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China Crisis Fears Span the Full Range for Global Investors

One thing hasn’t changed since Donald Trump’s departure from the White House. China remains high on the agenda in the U.S., and in almost every sphere conflict seems inevitable. The top three China stories on the website at the time of writing were: Momentum Grows in Congress for Legislation Confronting China, ‘Diplomatic Boycott’ of Beijing Olympics Added to China Bill, and Australia Cancels China’s Belt and Road Deal With State. A similar snapshot at more or less any other time in the last few months would have yielded a similar picture.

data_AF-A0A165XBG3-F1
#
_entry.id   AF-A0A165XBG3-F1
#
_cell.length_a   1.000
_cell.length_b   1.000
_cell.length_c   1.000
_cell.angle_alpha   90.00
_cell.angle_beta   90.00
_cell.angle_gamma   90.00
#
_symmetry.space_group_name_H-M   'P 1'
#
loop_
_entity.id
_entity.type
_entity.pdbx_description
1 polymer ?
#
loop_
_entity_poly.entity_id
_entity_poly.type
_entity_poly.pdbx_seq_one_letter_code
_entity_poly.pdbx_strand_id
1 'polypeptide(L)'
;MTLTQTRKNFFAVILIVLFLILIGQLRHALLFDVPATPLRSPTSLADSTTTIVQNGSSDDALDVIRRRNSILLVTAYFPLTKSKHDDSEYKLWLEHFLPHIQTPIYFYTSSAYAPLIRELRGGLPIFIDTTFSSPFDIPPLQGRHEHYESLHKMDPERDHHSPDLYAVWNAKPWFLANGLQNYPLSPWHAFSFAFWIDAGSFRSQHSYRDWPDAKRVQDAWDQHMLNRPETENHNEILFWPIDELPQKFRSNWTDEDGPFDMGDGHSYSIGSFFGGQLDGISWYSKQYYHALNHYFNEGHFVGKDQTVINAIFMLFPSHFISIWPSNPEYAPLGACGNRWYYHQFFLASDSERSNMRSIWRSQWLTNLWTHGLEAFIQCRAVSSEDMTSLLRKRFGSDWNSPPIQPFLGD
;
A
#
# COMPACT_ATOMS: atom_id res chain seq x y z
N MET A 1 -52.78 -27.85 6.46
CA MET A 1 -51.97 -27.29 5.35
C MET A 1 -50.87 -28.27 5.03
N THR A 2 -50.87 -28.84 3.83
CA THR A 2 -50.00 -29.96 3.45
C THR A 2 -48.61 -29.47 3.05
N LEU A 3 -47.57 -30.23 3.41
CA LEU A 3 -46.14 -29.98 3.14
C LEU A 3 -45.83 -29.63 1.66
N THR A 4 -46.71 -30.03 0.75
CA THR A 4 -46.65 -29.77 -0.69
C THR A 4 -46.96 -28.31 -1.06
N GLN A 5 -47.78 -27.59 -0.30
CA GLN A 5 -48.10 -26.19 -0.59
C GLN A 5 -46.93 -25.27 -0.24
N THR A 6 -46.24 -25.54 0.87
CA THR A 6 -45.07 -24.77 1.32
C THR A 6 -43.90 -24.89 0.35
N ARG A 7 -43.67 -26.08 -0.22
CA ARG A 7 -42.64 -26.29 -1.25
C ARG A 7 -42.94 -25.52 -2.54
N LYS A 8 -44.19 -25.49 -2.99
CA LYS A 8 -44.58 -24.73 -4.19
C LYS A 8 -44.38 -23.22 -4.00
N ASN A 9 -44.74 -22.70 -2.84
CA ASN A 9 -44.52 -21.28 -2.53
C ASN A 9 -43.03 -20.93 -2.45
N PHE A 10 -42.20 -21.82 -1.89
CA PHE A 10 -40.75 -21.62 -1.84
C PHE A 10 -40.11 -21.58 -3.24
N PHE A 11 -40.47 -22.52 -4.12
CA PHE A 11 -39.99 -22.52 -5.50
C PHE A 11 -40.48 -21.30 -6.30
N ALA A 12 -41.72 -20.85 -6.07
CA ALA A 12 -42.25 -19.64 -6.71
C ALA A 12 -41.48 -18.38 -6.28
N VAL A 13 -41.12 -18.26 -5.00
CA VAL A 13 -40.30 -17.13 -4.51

Beyond fears that an assertive China will go to war, either commercially or even militarily, there is a set of almost equally alarming questions that concern the country going in the opposite direction: Will it stop growing and deprive the rest of the world of its desperately needed buyer of last resort, or could China even succumb to a Lehman-level credit crisis that sends the world into turmoil?

None of these questions can be lightly dismissed, although they owe as much to sentiment in the West as to China’s actions. A decade or so ago, it was taken as read that China was really a capitalist economy, communist in name only, steadily easing its way toward full membership of the club of liberal democracies; now it has become popular to refer to the entire country as the CCP, for Chinese Communist Party. There is real and disquieting change afoot in China, but that is balanced by a shift from undue complacency to exaggerated alarm in the U.S. and western Europe. And the contradictions at the heart of the Chinese model remain as contentious, and as baffling for outsiders, as ever.


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